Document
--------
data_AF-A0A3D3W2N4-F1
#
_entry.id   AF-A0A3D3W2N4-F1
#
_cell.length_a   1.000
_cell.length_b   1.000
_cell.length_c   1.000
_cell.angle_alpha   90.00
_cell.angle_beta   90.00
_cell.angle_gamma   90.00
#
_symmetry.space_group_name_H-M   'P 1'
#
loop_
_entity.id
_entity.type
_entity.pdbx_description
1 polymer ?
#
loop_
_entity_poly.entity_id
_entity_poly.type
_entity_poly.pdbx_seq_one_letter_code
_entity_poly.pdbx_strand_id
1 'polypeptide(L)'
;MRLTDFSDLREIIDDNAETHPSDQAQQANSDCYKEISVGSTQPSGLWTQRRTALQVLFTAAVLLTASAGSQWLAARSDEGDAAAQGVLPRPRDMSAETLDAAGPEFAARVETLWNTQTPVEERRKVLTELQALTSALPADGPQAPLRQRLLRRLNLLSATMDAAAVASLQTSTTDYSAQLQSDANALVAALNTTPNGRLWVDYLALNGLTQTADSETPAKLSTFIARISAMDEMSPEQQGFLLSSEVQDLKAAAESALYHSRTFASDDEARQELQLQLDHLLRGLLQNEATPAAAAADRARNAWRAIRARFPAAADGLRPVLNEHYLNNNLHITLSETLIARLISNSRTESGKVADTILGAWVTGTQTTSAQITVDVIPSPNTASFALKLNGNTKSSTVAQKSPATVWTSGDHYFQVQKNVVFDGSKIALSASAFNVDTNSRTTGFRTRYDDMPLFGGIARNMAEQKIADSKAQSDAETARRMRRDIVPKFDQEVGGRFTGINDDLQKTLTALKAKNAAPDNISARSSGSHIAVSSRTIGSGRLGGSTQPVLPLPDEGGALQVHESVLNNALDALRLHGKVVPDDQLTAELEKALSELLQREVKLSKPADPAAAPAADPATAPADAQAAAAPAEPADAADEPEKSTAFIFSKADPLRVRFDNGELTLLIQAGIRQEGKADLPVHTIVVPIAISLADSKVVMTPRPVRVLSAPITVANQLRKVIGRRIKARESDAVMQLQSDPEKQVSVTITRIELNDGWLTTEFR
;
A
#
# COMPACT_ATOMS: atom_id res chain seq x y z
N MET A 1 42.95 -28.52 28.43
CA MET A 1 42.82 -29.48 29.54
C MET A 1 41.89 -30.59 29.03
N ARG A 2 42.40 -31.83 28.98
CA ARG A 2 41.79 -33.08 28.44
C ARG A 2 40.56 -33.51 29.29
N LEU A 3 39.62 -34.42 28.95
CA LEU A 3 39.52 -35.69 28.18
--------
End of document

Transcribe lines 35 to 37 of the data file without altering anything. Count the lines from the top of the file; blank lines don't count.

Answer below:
CA ARG A 2 41.79 -33.08 28.44
C ARG A 2 40.56 -33.51 29.29
N LEU A 3 39.62 -34.42 28.95